Martin Scorsese Impressively Doubles Down on Superhero Disdain
The filmmaker said he doesn’t need to actually watch Joker; he “gets it.”
Auteurist Martin Scorsese has already expressed his contempt for superhero movies—at least those big-budget, soul-sucking Marvel and DC blockbusters made to sell merch, comprised primarily of CGI, convoluted storylines, and A-list actors phoning it in.
Now, the director has commented on Todd Phillips’ divisive 2019 flick Joker, a pseudo-profound film that was influenced in part by Scorsese’s own Taxi Driver. In an interview with the New York Times about his recent crime family Netflix drama The Irishman, Marty admitted he has no intention of even watching Phillips’ latest.
“I saw clips of it,” he said. “I know it. So it’s like, why do I need to? I get it. It’s fine.”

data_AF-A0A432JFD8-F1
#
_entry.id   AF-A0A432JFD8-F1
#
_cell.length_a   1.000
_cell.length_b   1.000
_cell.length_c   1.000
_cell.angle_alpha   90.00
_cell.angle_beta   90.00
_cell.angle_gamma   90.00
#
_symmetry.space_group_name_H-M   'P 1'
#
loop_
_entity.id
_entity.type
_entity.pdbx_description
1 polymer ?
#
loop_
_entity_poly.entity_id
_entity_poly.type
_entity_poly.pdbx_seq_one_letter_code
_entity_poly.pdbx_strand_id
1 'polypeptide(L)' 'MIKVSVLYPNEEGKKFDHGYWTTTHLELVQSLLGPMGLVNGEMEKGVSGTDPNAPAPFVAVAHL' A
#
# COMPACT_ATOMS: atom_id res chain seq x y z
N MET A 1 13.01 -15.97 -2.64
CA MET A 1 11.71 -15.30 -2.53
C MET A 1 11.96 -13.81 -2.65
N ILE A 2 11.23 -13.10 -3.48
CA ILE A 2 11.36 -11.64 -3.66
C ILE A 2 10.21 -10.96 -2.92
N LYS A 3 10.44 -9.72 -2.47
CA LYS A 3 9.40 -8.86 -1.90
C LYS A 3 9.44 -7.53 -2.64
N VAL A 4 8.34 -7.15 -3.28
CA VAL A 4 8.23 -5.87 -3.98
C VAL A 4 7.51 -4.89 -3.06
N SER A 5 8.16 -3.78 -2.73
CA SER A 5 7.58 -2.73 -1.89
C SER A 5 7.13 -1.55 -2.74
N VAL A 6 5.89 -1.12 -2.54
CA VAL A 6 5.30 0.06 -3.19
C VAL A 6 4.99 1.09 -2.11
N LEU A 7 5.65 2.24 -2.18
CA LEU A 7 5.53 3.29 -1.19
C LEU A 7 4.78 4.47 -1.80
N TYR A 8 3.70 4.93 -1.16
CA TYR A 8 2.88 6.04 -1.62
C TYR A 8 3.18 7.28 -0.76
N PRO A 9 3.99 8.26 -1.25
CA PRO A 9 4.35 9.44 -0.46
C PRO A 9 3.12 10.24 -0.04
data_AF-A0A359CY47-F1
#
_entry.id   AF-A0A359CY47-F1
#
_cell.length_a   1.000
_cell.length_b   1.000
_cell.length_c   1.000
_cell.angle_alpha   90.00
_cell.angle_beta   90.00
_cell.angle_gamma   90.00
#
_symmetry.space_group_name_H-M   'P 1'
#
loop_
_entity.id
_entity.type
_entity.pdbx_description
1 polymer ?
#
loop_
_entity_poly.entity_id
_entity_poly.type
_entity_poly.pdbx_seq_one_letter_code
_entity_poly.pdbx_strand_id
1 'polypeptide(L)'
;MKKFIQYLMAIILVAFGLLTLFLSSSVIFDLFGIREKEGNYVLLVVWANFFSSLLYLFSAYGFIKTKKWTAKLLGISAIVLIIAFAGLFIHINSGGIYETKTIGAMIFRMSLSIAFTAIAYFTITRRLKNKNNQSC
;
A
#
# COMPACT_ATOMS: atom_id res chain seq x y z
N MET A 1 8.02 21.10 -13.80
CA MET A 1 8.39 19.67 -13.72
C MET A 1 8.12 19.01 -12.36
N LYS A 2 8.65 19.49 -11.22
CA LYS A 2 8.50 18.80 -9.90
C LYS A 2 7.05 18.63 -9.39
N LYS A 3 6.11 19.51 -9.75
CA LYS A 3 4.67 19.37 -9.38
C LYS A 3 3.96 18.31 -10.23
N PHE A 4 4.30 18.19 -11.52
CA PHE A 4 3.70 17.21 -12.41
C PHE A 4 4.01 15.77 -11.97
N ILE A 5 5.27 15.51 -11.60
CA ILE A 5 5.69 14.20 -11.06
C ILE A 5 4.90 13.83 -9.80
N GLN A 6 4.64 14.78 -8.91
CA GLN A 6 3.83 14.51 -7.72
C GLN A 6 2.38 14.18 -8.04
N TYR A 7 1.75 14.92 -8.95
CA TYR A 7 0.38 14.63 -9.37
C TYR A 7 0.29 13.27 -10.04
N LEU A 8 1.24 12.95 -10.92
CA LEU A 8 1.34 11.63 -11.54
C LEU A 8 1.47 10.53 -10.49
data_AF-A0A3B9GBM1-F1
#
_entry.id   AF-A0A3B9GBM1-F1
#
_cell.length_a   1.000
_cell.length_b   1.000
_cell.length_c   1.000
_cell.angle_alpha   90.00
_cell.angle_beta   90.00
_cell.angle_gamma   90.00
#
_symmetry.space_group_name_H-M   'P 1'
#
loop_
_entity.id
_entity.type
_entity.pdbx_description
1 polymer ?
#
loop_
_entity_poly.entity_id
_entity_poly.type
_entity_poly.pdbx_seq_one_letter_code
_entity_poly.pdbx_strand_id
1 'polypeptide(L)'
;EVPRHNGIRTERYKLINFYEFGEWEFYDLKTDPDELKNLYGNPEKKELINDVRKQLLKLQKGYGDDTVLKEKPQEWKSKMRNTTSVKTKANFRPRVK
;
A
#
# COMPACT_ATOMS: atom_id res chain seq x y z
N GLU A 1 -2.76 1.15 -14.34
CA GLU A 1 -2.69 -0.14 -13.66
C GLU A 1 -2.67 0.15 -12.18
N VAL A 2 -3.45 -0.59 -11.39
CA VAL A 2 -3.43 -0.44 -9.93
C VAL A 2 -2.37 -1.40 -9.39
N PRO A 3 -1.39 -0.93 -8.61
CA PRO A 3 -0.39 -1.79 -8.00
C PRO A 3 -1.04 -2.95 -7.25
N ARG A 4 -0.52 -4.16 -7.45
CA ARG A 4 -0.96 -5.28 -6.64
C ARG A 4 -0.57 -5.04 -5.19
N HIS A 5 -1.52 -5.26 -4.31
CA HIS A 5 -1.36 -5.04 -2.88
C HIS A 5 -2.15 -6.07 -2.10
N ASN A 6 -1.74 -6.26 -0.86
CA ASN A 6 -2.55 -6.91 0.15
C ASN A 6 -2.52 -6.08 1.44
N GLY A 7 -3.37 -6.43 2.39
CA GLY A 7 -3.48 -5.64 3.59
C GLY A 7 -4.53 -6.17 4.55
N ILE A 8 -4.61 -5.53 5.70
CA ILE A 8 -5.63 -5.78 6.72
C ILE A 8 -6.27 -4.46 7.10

Ironically, Scorsese was originally made an offer to direct Joker himself, but he passed on the project because he didn’t have time. He did read the script, however. Of Joaquin Phoenix’s Arthur Fleck (a.k.a. The Joker) and his character development, Scorsese said, “For me, ultimately, I don’t know if I make the next step into this character developing into a comic book character. You follow? He develops into an abstraction. It doesn’t mean it’s bad art, it’s just not for me.”
The balls on this guy! He’s already faced vitriol from masses of angry comic book fans who have no sense of Scorsese’s revered place in film history, and now he’s doubling down by saying he won’t even deign to give the movie a try.
And quite frankly, this is precisely the attitude we should all take into 2020. If we don’t feel like watching something, we shouldn’t. No need to keep up with the endless discourse. Life is short. See what you’re interested in and screw the rest. “It doesn’t mean it’s bad art, it’s just not for me” is my new rallying cry.